In the face of this growing complexity, existing methods for governing cultural heritage sites and managing stakeholders’ contention over their values have been criticized increasingly as inadequate to the task. International agreements and organizations such as the World Heritage system of the United Nations Educational, Scientific and Cultural Organization (UNESCO) have been challenged as weakly empowered and politicized (Bertacchini, Liuzza, Meskell, & Saccone, 2016; Meskell, Liuzza, Bertacchini, & Saccone, 2015). National governments routinely assert monopoly rights over cultural resources although their capacity to fund heritage conservation and presentation is limited (Gould, 2018b). At the local, or operational, level, the distribution of benefits from heritage exploitation and the consequences of site preservation for adjacent communities are criticized as insensitive and inequitable (Aas, Ladkin, & Fletcher, 2005; Hampton, 2005; Herrera, 2014; Meskell, 2012; Smith & Waterton, 2009). The boundaries of cultural heritage site governance incorporate adjacent communities and distant governmental, corporate and private actors and institutions, each of which has a stake in decisions affecting the heritage site itself. Consequently, cultural heritage site management, with numerous stakeholders acting at different scales within an often inconsistent mesh of legal rights and informal interests, is inherently polycentric, and unresolved contention among stakeholders can lead to governance failures with adverse consequences both for the sites and for the associated constituencies (Seyfi, Hall & Fagnoni, 2019). Heritage scholars have long recognized these problems but have not advanced methods to analyze the governance processes at play.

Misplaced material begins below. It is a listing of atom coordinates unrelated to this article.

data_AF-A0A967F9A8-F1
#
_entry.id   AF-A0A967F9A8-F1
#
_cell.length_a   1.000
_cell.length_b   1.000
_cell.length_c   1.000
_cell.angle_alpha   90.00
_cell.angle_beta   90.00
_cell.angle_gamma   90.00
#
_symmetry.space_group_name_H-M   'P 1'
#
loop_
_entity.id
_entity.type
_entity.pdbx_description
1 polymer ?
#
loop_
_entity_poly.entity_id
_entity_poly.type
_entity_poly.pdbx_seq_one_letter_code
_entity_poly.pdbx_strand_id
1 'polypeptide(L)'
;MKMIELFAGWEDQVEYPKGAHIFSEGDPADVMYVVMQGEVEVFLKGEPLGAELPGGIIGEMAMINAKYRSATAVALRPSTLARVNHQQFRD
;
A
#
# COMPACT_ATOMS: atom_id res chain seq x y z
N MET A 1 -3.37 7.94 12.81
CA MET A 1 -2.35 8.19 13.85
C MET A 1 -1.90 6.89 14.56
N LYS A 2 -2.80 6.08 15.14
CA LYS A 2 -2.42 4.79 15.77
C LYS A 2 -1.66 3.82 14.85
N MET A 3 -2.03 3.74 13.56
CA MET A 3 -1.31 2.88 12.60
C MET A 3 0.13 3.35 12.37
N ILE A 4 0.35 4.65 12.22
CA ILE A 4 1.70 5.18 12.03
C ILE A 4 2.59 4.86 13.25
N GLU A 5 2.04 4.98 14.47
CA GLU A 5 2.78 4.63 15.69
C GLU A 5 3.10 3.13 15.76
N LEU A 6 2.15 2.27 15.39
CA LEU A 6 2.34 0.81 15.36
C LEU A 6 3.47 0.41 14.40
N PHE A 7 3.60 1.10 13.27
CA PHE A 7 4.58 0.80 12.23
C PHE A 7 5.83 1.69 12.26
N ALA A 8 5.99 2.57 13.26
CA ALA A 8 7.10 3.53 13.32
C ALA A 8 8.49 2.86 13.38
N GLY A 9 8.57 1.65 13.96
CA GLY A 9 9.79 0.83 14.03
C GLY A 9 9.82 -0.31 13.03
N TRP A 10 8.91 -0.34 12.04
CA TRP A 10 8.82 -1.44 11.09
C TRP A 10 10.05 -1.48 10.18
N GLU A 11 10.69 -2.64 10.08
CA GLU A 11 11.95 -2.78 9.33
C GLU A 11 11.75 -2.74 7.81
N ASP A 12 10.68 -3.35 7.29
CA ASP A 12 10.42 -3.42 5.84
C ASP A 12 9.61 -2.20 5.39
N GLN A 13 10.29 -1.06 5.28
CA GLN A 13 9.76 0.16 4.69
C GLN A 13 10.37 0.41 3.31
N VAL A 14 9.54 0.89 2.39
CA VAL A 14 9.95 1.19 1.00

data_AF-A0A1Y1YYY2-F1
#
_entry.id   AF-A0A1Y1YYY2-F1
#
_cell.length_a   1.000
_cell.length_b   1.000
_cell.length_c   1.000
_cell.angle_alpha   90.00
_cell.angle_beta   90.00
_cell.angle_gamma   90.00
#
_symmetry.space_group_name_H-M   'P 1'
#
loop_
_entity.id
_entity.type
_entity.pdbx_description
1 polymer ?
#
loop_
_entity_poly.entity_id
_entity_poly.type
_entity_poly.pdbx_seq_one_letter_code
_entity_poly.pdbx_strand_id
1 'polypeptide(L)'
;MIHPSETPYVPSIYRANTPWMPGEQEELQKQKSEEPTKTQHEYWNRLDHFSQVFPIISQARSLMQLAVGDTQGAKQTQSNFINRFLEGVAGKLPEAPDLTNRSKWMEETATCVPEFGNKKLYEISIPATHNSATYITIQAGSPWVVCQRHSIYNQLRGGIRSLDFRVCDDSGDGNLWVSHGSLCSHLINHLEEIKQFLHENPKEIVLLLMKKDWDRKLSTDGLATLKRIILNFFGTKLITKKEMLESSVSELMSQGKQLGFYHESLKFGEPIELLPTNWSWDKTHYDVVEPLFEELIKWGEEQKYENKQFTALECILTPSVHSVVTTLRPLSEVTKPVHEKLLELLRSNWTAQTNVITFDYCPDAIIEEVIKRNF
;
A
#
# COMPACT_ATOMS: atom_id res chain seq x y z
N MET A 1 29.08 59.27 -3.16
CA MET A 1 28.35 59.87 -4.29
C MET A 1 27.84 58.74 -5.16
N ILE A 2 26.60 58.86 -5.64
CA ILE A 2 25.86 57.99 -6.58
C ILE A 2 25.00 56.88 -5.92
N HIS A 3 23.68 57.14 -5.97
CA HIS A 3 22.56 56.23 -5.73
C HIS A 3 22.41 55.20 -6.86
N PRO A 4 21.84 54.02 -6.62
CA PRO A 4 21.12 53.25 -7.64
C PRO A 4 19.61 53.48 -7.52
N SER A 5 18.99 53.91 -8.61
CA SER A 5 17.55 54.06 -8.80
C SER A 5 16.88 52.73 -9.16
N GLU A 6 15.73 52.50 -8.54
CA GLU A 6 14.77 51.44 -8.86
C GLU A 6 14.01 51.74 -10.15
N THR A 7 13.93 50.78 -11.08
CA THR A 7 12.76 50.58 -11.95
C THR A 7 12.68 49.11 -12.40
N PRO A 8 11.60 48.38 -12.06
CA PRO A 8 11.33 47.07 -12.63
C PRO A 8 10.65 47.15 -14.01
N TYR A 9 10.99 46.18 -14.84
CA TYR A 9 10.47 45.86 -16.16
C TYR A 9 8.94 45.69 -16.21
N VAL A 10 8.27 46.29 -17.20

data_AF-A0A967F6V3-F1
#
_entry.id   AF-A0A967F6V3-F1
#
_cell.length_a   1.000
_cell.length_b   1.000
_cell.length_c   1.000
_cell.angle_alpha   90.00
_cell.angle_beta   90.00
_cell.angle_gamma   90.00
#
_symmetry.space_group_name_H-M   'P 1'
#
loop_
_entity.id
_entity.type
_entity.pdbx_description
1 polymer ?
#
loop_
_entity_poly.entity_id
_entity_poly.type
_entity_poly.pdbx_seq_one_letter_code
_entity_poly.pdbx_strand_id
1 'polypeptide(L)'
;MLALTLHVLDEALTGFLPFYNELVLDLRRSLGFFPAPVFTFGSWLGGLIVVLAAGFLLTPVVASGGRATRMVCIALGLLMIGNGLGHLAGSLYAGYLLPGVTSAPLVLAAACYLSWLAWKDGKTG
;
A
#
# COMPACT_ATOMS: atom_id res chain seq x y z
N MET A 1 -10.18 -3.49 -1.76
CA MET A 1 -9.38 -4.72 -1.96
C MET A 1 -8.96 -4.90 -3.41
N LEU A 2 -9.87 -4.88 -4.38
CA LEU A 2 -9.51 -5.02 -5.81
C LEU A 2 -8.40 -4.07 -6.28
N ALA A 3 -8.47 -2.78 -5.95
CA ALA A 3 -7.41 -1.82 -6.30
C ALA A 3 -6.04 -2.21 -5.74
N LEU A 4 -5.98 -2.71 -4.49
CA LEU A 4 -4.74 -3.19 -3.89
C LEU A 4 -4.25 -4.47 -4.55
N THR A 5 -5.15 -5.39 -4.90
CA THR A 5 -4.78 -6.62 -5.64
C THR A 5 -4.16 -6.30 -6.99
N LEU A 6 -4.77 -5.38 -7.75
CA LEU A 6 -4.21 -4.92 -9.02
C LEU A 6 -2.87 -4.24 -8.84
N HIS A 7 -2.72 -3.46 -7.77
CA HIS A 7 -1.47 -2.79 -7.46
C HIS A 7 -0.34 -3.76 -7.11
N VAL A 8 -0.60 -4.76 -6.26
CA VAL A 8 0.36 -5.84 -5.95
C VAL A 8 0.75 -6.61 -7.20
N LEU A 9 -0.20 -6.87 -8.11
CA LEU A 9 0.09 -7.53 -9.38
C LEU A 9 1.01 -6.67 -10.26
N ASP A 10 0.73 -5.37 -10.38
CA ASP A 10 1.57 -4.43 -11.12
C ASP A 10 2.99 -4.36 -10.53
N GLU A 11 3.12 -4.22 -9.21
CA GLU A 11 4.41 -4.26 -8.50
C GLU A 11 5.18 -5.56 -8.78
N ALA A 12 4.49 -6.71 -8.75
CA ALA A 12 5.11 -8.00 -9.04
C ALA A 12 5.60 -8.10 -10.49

From this perspective, the conservation and management of cultural heritage sites can be conceived as a form of collective action problem arising from the strategic interaction of multiple actors, and site governance dilemmas readily map onto the Ostrom Workshop’s Institutional Analysis and Development (IAD) framework (McGinnis, n.d.; E. Ostrom, 2005, 2010). However, traditional implementations of IAD analysis, which generally consider a single focal action situation, seem inadequate to fully interpret the challenges of governing the imbricated mix of stakeholders involved with cultural heritage sites. Recent contributions have extended the IAD framework to address interdependent collective action problems in polycentric governance contexts (Dennis & Brondizio, 2020; Gibson, Andersson, Ostrom, & Shivakumar, 2005; Lubell, 2013; McGinnis, 2011). In particular, McGinnis (2011) proposed the Network of Adjacent Action Situations (NAAS) concept in which actors engaged in governance task-related action situations influence the rules and outcomes of separate but interrelated action situations.
In line with this literature, this paper addresses whether the IAD framework, amplified by the NAAS construct, provides a useful approach to identifying contending interests at cultural heritage sites and assessing the consequences of stakeholder interactions. After explaining the nature and types of collective action dilemmas at heritage sites, we introduce the IAD-NAAS framework and suggest how the overlapping roles of key actors across governance tasks can be used to map the polycentric complexity of cultural heritage site management. We then illustrate the application of the IAD-NAAS through two examples of stakeholder strategic interaction in multiple interconnected action situations drawn from the public record of two UNESCO World Heritage sites, Machu Picchu in Peru and Angkor in Cambodia.